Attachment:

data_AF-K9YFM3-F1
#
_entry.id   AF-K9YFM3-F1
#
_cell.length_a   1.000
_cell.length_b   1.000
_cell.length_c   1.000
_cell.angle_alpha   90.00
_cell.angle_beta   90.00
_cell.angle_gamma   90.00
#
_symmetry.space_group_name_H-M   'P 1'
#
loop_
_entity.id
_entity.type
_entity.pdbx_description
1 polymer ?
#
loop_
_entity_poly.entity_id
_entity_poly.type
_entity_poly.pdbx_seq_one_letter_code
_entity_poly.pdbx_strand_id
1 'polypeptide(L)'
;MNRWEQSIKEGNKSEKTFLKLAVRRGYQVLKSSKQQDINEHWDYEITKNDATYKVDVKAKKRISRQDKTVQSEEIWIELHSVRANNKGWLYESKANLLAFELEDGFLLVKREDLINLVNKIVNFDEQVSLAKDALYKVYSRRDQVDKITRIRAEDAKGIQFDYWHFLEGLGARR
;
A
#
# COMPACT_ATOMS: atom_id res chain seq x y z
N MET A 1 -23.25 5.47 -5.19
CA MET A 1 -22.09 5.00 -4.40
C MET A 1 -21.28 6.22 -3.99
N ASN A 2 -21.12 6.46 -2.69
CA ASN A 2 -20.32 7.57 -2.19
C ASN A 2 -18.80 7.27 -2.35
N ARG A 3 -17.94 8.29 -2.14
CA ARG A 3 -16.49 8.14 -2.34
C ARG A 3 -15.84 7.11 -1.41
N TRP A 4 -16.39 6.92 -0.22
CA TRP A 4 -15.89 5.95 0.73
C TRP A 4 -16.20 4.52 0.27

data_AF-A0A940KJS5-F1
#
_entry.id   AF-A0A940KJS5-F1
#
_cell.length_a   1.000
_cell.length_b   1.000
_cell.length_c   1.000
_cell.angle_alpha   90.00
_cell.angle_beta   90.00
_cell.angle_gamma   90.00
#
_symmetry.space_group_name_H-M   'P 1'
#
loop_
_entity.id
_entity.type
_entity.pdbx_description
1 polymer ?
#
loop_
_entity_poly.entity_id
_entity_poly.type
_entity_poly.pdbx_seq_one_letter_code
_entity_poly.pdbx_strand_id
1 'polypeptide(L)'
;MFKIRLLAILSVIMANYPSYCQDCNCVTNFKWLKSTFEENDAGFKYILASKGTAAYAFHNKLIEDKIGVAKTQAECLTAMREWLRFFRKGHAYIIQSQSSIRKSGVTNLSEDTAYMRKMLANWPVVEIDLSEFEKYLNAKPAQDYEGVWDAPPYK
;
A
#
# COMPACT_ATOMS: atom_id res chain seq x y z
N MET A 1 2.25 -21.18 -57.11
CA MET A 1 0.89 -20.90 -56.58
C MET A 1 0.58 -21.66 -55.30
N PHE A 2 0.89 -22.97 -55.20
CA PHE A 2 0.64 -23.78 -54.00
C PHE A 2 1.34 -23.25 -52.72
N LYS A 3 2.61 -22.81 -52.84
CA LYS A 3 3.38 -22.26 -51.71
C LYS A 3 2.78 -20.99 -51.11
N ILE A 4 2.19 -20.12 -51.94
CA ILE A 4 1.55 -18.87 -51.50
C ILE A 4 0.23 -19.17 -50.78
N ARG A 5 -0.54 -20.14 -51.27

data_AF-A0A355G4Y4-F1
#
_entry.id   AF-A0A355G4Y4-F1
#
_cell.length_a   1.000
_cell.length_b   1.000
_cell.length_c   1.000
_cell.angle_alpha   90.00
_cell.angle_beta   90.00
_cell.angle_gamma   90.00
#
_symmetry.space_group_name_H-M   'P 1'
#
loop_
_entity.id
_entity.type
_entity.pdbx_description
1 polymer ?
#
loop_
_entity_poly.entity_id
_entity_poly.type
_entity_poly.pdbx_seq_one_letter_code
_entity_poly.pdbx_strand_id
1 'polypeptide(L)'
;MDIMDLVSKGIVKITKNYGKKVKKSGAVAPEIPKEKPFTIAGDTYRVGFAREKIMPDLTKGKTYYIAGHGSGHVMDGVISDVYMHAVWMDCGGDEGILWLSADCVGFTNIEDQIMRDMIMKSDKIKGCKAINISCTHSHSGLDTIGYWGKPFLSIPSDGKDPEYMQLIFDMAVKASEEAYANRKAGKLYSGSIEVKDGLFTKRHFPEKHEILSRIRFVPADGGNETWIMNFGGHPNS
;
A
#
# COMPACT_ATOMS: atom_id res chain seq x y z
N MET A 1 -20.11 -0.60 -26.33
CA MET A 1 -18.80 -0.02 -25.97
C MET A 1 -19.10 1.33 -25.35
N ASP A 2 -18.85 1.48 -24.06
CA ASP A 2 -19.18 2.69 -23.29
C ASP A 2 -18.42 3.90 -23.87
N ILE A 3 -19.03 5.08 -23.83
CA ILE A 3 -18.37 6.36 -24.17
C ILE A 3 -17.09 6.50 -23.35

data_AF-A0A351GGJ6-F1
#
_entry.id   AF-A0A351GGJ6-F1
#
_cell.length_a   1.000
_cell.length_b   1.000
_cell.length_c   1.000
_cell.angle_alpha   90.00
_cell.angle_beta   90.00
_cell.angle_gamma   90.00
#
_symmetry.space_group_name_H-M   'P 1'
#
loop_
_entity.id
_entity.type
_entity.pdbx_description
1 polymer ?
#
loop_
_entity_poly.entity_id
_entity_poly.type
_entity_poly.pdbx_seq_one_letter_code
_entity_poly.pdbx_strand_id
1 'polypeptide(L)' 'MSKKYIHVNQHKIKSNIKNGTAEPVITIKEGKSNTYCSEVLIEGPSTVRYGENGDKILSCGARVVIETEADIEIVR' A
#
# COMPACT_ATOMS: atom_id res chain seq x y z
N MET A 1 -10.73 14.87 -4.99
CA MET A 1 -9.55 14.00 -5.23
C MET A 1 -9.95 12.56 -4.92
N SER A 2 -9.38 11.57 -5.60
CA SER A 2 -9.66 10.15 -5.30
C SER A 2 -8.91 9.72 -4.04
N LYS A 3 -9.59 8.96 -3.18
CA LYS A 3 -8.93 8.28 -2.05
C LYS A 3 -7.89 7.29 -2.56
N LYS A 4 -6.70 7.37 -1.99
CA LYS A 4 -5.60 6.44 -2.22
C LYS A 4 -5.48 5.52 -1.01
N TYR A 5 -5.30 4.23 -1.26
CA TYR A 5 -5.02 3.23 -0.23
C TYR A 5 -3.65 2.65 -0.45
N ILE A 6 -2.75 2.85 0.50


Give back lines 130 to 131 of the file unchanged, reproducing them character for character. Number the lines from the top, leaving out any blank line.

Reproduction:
_cell.length_b   1.000
_cell.length_c   1.000